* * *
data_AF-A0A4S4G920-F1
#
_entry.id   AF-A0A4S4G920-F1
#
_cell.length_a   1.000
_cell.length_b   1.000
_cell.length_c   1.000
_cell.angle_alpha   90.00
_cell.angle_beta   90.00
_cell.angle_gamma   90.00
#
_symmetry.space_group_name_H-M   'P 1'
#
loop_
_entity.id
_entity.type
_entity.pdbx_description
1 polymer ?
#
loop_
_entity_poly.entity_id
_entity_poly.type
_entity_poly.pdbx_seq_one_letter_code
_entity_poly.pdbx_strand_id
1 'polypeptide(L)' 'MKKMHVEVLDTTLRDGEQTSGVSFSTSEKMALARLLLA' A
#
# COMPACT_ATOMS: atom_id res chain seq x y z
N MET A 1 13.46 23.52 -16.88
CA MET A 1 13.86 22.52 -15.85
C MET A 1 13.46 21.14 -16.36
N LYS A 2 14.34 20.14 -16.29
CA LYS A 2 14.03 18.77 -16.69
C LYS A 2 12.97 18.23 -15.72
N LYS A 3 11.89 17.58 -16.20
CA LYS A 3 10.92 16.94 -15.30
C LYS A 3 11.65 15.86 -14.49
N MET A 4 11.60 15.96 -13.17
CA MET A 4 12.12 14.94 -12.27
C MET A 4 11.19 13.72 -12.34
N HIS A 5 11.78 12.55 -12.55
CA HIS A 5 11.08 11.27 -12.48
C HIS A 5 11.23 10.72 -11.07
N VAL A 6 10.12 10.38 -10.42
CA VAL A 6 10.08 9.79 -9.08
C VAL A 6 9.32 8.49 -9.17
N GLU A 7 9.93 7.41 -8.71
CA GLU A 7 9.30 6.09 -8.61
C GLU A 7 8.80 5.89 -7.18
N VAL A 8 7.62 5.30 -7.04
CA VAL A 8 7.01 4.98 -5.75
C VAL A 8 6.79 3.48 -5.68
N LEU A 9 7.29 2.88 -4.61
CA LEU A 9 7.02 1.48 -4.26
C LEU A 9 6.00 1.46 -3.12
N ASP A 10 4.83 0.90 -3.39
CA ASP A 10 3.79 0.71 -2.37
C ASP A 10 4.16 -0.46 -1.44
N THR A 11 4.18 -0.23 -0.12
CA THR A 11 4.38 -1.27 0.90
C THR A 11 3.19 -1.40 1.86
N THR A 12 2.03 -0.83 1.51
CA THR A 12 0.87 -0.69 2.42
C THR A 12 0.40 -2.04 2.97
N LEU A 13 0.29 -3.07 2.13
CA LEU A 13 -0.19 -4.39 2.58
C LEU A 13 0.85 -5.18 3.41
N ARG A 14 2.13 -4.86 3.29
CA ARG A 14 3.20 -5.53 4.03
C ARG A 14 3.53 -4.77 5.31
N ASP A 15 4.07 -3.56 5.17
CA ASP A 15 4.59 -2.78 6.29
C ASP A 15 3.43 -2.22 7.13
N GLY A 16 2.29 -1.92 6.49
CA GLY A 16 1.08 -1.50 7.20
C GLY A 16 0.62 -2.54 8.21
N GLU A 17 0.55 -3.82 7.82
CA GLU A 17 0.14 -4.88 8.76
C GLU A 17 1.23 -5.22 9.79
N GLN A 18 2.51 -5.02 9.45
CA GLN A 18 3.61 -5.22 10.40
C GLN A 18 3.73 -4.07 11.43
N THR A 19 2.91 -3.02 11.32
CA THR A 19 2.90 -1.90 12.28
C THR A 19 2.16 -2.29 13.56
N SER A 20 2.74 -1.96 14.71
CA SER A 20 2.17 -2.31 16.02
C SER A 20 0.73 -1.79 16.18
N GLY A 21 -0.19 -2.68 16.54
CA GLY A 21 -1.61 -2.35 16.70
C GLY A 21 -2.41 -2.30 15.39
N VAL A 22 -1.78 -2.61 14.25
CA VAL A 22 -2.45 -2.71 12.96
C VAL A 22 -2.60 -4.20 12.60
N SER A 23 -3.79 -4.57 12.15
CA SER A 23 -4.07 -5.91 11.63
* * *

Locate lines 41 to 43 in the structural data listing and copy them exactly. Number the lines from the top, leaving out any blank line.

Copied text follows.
CA HIS A 5 11.08 11.27 -12.48
C HIS A 5 11.23 10.72 -11.07
N VAL A 6 10.12 10.38 -10.42